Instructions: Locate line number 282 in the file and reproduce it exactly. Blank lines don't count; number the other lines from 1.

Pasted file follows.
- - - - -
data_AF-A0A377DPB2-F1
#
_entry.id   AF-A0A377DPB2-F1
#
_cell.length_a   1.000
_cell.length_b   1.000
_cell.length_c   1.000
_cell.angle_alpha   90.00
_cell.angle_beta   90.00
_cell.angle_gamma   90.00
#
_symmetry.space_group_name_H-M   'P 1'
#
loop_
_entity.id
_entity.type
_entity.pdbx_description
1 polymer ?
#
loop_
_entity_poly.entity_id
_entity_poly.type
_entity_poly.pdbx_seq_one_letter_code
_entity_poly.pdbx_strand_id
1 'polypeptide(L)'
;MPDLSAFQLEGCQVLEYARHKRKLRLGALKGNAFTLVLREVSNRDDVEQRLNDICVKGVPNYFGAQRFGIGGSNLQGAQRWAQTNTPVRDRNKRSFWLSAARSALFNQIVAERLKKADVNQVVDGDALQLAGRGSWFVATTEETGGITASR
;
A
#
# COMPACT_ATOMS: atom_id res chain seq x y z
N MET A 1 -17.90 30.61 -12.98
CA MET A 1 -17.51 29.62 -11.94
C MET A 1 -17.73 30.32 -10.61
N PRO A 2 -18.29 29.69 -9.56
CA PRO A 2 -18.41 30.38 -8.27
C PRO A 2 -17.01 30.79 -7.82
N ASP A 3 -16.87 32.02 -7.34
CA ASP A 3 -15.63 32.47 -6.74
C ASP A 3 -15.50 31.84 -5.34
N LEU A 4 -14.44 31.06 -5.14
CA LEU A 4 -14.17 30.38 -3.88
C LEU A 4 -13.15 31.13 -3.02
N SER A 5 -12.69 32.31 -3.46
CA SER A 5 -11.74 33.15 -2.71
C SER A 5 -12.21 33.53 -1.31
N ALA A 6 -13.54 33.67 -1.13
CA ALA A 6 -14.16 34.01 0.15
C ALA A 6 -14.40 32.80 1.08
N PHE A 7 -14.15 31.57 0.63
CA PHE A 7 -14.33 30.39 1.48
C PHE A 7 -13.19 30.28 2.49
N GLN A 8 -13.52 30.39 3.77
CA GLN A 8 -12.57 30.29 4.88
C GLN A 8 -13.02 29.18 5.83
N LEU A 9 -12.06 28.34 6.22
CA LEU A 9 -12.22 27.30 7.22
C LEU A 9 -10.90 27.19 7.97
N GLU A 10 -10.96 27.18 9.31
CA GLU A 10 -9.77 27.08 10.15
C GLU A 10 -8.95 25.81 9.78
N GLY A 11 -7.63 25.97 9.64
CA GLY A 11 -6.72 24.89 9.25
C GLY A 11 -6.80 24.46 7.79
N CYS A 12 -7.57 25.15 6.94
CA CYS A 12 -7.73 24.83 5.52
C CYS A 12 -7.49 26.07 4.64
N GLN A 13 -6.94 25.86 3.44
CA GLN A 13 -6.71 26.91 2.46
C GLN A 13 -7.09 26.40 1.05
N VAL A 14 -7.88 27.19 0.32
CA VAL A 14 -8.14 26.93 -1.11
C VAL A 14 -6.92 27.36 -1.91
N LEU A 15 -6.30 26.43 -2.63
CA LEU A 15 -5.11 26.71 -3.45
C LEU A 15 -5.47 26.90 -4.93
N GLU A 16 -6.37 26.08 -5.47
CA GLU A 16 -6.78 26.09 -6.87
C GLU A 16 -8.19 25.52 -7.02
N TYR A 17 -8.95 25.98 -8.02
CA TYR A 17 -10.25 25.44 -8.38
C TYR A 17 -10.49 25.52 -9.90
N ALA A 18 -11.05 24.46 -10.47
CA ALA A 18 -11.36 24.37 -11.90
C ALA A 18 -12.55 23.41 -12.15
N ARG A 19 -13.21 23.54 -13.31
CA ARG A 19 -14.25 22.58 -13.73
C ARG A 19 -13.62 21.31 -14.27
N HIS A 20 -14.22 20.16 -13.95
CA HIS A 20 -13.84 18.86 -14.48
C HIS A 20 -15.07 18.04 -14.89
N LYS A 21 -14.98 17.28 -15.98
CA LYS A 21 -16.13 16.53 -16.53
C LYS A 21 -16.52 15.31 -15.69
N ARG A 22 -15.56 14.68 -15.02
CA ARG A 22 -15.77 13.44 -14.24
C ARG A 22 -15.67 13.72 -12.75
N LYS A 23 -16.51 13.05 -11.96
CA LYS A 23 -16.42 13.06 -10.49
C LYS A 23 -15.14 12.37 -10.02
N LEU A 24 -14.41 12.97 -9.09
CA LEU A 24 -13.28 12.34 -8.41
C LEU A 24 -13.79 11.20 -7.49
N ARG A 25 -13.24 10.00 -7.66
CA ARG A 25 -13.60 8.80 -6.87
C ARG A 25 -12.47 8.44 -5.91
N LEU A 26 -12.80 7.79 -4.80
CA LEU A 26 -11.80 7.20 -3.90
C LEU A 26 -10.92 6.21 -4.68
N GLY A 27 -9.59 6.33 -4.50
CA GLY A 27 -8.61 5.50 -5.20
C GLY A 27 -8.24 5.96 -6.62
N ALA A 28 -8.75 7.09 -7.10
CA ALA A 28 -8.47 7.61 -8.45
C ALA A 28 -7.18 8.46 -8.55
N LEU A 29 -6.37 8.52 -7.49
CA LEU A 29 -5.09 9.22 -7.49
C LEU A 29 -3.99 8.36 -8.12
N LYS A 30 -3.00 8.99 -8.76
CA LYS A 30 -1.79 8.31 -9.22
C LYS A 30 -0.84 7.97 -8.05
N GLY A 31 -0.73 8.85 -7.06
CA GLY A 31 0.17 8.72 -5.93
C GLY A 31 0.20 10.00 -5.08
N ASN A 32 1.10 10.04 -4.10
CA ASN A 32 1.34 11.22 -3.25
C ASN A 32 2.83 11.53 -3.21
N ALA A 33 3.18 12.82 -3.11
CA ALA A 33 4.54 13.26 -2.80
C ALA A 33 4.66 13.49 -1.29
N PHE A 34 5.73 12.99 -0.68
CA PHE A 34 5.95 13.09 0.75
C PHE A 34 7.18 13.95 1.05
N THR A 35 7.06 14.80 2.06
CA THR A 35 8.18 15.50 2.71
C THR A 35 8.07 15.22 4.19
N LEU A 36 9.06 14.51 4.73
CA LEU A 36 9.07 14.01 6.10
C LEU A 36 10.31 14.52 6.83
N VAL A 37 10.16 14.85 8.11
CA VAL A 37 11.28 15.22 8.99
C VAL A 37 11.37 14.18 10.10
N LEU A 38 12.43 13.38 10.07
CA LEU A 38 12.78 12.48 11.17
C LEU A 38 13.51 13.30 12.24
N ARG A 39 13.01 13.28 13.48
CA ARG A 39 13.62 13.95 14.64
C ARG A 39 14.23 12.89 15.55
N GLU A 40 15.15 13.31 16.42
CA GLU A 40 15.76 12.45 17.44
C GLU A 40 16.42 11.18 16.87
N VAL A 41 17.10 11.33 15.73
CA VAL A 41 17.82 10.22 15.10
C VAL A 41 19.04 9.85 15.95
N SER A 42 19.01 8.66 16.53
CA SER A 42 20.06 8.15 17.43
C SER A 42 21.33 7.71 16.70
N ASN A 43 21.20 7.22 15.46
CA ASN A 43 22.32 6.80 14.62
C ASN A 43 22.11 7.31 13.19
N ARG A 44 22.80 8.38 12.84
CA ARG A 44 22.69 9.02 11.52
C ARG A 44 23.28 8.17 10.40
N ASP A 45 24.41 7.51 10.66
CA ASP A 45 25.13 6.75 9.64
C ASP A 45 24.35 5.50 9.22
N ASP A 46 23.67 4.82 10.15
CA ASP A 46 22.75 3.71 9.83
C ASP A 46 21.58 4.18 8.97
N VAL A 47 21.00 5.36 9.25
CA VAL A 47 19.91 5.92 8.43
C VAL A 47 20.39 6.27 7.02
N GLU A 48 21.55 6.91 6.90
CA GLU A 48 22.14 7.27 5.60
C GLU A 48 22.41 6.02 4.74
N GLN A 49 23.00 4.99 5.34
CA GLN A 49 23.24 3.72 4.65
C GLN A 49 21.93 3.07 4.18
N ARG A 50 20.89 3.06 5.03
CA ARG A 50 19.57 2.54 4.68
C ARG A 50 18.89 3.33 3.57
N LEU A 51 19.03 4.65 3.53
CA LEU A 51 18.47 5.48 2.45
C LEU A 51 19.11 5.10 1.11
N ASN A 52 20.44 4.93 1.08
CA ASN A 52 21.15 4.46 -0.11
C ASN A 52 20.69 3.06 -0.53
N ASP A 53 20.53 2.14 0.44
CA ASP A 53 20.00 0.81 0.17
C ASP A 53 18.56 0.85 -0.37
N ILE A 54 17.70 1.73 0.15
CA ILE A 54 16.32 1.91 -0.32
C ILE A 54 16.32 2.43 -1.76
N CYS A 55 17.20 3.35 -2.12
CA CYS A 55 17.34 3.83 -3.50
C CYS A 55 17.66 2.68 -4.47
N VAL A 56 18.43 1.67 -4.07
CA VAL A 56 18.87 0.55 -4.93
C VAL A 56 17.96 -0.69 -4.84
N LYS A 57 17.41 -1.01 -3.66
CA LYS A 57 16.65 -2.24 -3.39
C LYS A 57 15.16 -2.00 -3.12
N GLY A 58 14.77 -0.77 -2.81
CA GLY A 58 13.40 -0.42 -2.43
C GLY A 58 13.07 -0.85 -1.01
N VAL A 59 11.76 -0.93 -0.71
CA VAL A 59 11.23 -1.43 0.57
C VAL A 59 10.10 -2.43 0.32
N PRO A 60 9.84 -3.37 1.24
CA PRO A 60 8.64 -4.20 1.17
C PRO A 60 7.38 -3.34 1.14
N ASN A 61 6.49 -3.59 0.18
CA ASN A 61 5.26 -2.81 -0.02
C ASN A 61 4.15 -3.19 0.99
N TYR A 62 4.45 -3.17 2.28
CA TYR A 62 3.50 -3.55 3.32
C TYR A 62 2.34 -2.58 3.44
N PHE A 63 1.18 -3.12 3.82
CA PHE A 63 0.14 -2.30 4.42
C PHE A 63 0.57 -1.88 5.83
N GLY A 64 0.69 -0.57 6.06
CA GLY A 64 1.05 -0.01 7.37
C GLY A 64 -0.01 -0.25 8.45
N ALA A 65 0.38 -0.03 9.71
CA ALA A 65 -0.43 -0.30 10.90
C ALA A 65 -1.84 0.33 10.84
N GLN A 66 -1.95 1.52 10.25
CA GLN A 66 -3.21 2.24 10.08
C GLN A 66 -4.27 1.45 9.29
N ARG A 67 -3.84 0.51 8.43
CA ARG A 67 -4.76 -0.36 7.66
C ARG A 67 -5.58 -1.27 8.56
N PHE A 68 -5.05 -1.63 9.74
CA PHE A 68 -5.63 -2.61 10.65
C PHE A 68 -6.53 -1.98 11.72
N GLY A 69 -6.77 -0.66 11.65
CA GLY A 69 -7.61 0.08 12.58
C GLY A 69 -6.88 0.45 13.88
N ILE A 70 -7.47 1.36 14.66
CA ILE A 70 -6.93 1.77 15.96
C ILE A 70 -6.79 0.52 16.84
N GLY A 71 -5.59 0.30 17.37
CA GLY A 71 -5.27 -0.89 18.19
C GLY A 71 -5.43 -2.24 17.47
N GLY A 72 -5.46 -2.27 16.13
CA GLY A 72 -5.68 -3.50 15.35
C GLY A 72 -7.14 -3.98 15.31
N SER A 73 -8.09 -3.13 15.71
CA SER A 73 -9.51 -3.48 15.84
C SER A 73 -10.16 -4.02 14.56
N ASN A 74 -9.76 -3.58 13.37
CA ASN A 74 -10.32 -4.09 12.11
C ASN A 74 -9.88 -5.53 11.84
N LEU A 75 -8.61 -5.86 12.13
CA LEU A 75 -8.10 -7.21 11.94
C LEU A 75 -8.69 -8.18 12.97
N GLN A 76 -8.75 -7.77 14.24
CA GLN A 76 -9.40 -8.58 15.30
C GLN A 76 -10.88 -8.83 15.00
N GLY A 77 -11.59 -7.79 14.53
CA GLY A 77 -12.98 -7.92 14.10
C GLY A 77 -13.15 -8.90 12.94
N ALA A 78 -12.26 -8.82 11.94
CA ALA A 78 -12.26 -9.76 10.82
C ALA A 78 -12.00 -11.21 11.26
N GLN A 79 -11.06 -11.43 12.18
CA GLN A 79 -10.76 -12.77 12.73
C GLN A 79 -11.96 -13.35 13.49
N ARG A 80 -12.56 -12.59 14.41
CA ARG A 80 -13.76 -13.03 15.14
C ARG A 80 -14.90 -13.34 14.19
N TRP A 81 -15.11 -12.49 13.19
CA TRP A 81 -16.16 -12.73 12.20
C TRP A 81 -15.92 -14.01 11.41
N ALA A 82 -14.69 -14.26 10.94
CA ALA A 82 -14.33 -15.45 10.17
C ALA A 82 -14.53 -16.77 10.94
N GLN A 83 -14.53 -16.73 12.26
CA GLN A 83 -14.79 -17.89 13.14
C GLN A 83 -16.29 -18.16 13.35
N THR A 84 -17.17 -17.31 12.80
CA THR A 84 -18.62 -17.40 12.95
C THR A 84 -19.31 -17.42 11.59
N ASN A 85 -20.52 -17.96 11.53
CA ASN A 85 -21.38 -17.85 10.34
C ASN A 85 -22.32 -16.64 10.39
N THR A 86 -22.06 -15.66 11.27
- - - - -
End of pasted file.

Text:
C THR A 84 -19.31 -17.42 11.59